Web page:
By Leslie Hundhammer, Guide
Something I love about rafting is that there is no turning around, no backing out, and no changing your mind. On rivers in Alaska, there is rarely roadside access, the water is never warm, and the current is fast. Even with all of the luxuries of boating -- good food, decent shelter, hearty desserts, and an organized "bathroom" -- rafting lacks one luxury even mountaineers get: the ability to turn around. When we put on in Chitina for our 7-day trip down the Copper River, the eight of us were committed to each other, the landscape, the weather, and the water until Cordova.
The Copper River is the only river that cuts through the Chugach mountain range and it carries an incredible amount of water, sediment, fish, and adventure. Every day on this river is distinct and unique and beautiful in different and profound ways. It takes you through two different canyons, you accelerate through rapids, pass by sand dunes, dodge icebergs on glacial lakes, and navigate the wide and dynamic Copper River delta.
While we were out there in the heart of the Chugach, we saw rain, sun, rain, wind, rain, and rain. Did I mention rain? This August trip was unusually wet. In the evenings, we joked about roasting our buns (not the hot dog kind) over the fire, and the five stages of rain acceptance.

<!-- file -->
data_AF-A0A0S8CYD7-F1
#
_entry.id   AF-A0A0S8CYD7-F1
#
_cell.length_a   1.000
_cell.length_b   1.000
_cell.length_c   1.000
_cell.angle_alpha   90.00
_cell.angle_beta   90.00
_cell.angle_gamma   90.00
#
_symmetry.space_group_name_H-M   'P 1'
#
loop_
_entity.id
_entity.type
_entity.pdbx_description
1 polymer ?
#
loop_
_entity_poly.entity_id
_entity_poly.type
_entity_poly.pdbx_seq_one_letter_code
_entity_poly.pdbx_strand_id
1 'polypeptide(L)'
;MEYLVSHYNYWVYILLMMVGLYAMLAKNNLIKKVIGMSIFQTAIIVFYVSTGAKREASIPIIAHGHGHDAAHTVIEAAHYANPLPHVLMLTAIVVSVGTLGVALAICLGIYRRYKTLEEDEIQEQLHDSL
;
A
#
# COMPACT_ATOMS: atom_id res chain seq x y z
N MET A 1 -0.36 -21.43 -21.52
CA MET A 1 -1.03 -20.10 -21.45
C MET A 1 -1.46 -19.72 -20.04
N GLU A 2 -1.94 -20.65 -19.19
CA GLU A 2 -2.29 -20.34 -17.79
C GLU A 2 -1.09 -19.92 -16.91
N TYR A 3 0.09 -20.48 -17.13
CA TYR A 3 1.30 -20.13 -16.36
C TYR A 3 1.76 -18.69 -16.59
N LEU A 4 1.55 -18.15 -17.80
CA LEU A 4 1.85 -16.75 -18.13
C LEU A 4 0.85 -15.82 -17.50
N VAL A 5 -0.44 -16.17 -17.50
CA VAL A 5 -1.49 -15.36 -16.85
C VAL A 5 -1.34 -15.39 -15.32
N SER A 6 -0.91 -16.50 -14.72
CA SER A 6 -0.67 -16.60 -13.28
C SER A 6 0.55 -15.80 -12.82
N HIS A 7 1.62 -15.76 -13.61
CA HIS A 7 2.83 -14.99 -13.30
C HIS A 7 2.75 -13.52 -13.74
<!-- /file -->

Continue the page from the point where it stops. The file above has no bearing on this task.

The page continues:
Just as the rain started to wear on us (there may have even been a moment or two we all wished we could break our commitment), the skies parted and we sat on the boat wearing sunglasses. Icebergs and glaciers and seals surrounded us in every direction. We took off our rain boots, replaced them with our Chaco sandals, and breathed in that warm, dry air we had been missing.
Sometimes people come to the wilderness with an expectation to receive good weather and lots of wildlife. Ironically, it is nature's unruliness that is most impressive. All we can come to see is what the Copper River valley gives us, her wildness, and her power. And that, we saw.
Although we may not have known it at the put-in in Chitina, the commitment we made to the river and to each other led us to a connection with the seven other people on this trip, a better understanding of our own tolerances, and a healthy respect for the power of this wild land in remote Alaska. Rafting is a sport of clarity because decisions are relatively sparse. Once the current picks up the raft, there is only one way to go: down river.